According to Butler and Nolen-Hoeksema, rumination as a form of coping with depression represent “a type of self-focused attention, an an emotion-focused attention” (Butler and Nolen-Hoeksema, 1994, p. 332). In their study, Butler and Nolen-Hoeksema (1994) found that women unlike men report that when depressed they focus on themselves and their emotions, and avoid activity. Researchers indicated that male subjects overall did not show distracting response style and throughout the study males revealed “their lower likelihood of emotion-focusing or ruminating, compared to women” (Butler and Nolen-Hoeksema, 1994, p. 341).
Almeida and Kessler (1998) explained that rumination theory, based on cognitive-behavioral thinking, states that gender differences in depression and stresses occur due to differences in how men and women respond to being in a dysphoric state. As Almeida and Kessler (1998) suggest, by being likely to ruminate on their negative emotions, women tend to prolong them (p. 670). In their study Almeida and Kessler (1998) found that among husbands and wives, female sample experienced more distress episodes than men and women were generally likely to remain in stress during more days.
Nolen-Hoeksema and her colleagues (1999) found that rumination accompanied with chronic strain and low mastery was more prevalent in women than in men. In addition, rumination revealed the gender differences in depressive symptoms (Nolen-Hoeksema et al, 1999). According to suggestions made by researchers (Nolen-Hoeksema et al, 1999), women’s tendency to ruminate may be explained through their desire to control environment and distress. However, their failure to impose this control lead to situation when women remain stuck in rumination. In another study examining bereaved adults, Neol-Hoeksema et al (1994) indicated that individuals who in grieving cope with negative emotions with rumination experience significant difficulties adjusting their loss, placing themselves at risk for long-term emotional difficulties. In a study aiming to find and explain gender differences on the experience of depression, Thayer et al (2003) indicated that women reported greater feelings of sadness, unattractiveness, guilt, blame and tiredness compared to men.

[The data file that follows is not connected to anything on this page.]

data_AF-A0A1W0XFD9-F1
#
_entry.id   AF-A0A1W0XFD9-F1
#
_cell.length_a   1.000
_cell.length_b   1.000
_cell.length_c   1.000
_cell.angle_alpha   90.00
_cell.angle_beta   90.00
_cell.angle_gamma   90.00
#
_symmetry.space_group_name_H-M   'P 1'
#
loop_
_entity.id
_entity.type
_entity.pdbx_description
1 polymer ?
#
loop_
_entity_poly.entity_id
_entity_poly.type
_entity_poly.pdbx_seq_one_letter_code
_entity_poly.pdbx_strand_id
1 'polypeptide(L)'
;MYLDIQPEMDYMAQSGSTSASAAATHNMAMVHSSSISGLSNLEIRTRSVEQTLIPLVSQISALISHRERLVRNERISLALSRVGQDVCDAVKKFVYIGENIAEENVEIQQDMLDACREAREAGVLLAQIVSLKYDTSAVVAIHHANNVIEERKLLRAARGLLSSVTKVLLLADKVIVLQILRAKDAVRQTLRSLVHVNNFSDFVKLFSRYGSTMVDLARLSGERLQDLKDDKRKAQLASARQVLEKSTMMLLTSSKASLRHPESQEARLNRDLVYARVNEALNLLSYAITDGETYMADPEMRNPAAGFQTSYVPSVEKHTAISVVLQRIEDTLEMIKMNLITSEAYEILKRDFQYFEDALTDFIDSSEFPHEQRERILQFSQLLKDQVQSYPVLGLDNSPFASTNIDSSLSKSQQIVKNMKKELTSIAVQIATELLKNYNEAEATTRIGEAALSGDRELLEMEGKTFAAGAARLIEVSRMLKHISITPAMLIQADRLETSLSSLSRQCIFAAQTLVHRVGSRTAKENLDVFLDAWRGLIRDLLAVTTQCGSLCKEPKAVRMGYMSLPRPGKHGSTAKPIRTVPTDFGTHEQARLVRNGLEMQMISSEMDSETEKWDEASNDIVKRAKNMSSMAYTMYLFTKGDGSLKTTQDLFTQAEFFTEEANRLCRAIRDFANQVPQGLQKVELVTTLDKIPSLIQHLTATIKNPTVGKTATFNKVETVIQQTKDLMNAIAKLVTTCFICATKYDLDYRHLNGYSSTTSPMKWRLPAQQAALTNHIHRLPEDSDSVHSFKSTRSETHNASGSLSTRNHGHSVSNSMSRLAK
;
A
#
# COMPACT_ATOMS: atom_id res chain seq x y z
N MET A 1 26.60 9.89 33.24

Simultaneously, women reported more problems with decision-making, task accomplishment and more weight associated problems than men. Noel-Hoeksema and Jackson (2001) examined beliefs about control of emotions, responsibility for the emotional tone of relationships, and mastery over negative events of both male and female samples, and concluded that these variables revealed the gender difference in rumination.
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